years, had clean contemporary lines yet not be boxy or like a tv set. I'm really delighted with it, having had it now for 5 weeks, using it every single day.It is fantastically easy to light. I scrumple up 3 sheets of newspaper, some kindling, a couple of large lumps of wood, and a big old log, light the paper, and shut the door. The whole lot is blazing within a minute or two.I have found that a mixture of wood and homefire ovals makes for a really good combination. The ovals burn for a long time, and the wood produces the flames. Together they can make a spectacular blaze, really hot, and heat the place very quickly.The controls really work well. You can damp it right down, for overnight burning. In the morning, the ash contains glowing coals and wood ash. A few sheets of newspaper, or even some kindling and a new log on top, shut the door and again its burning again.The ovals produce more ash so the pan needs to be emptied daily. When just wood, only once a week or so as combustion is near complete.If you want to get the fire roaring really quickly and hot, leave the lower ash pan door open for a while.This stove has a side-opening door too, which is perfect for long logs when the fire is roaring. The brushed stainless steel door handle is removable and it works well, as it is always cool and you don't have to mess around with gloves or warn friends that the handle is hot, but you do sort of have to get used to the best way to orientate it - if I was designing the stove, I would make the handle easier to fit into the hole. The finish is very nice as standard. The viewing window is really lovely, it's huge, with nicely rounded bow at the top which isn't twee or traditional but simple and perfect to look at. The firebox takes really big logs up to 18" long.The instructions say that the fire does best to blaze to heat the room up, and then leave it for a while, and then blaze it again, if it isn't too cold outside. I think this is probably correct, rather than leaving it on a slow burn all day long. If you have quite a large firebox, as this is, then having it full and blazing really heats up the sides, whereas a smaller fire in the middle of the firebox doesn't get the cast iron hot enough and I wonder if much of the heat produced in a very small fire in a small firebox may go just up the chimney. It's a joy to see the stove really blaze anyway.The control for the air flow entering at the base of the fire is very effective, but I have a one criticism, which is that at some low settings, it creates a situation where the dampening of the baffle plate begins to oscillate as just enough air is drawn in, and this can make a funny sound. It's easy enough to tweak it however to lose this.Would I buy this stove again? Absolutely. I considered the Clearview Vision 500, for almost the same money, but it is a smaller stove (8kW instead of 9-11kW as this is), of steel rather than fully solid cast iron, and I prefer the DRU's design. Visually it is larger too, better suited to a big room. The airwash really works very well. If it does go black, eg when burning very very slowly, or wood falls against the glass, then I have only ever needed to wipe it with a damp cloth to get it completely clear again.So I'm very happy and would recommend to anyone else.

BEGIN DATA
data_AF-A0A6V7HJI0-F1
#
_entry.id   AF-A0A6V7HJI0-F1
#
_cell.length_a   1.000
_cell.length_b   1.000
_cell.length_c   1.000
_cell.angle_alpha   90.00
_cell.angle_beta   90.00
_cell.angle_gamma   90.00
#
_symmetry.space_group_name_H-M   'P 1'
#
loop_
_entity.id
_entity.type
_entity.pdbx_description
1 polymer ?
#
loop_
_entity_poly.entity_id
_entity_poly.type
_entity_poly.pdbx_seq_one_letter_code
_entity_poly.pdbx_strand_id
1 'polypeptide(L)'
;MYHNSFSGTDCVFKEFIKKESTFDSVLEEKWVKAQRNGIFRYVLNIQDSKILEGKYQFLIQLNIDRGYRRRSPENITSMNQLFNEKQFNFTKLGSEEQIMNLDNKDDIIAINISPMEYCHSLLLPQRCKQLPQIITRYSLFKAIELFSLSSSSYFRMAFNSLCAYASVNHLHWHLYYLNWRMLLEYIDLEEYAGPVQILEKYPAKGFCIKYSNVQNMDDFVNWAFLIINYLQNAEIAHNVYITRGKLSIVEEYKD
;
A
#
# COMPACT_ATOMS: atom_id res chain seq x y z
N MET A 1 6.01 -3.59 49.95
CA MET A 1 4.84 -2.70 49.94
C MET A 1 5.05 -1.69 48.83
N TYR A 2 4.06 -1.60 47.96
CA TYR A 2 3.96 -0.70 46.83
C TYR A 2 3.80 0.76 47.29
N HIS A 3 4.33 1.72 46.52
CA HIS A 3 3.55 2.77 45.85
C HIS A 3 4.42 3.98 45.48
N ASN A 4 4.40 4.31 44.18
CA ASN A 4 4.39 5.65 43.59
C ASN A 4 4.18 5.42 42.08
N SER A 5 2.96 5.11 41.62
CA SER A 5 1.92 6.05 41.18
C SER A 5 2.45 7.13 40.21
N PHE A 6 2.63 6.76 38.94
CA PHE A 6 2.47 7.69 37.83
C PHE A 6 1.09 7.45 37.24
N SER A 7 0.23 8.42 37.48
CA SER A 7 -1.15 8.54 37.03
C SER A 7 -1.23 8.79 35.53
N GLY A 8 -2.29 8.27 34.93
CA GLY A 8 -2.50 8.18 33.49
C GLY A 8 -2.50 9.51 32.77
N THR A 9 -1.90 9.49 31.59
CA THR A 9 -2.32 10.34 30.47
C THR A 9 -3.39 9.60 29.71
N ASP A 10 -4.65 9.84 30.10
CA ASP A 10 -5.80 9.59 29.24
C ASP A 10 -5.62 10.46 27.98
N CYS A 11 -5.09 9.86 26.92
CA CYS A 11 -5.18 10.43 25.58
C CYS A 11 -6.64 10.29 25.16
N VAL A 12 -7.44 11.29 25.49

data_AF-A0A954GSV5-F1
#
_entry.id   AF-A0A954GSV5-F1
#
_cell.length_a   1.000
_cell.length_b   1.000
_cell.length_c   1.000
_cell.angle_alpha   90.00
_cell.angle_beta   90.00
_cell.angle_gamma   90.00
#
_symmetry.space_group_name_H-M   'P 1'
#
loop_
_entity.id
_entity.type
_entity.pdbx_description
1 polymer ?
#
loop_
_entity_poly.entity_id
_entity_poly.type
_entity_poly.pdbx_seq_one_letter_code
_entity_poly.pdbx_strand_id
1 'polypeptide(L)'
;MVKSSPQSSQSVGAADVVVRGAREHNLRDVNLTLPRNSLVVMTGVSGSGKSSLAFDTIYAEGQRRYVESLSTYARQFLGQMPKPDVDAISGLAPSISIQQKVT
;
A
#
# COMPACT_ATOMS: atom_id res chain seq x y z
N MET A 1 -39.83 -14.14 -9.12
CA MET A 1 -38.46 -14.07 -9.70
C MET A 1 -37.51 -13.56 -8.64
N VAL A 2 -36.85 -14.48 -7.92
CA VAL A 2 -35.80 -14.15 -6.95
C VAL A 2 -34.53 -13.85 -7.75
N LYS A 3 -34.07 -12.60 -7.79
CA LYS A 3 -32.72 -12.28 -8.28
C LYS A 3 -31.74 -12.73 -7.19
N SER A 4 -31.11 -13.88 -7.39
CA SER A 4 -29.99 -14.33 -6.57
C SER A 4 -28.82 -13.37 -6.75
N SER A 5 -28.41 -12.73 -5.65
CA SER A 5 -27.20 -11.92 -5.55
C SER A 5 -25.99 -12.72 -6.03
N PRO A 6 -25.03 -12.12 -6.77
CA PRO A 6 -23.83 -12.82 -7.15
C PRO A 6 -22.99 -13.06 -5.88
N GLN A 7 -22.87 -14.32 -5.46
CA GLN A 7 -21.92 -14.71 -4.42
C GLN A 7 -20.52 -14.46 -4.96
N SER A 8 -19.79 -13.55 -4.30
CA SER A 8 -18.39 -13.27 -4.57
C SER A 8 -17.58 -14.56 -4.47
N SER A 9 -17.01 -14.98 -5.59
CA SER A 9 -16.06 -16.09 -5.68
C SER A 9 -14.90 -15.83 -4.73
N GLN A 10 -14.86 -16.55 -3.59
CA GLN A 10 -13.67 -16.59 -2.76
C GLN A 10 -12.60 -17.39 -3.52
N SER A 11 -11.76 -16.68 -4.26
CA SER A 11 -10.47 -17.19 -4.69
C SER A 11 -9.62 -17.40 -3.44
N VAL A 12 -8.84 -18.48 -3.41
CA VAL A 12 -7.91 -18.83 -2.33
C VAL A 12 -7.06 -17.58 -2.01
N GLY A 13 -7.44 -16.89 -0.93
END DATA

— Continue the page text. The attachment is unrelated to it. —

Stove expert replied: It is worth emptying the ash daily to ensure that it doesn't build up and touch the underneath of the grate system as this will lead to a shortening of their life. Short periods of fast burn should be undertaken for 15 - 20mins twice a day if the stove is slumbering for the rest of the time. Never leave the bottom door open for more than 20 mins as this will overheat the appliance.
Stove expert replied: Great to hear that your issues have been resolved satifactorily.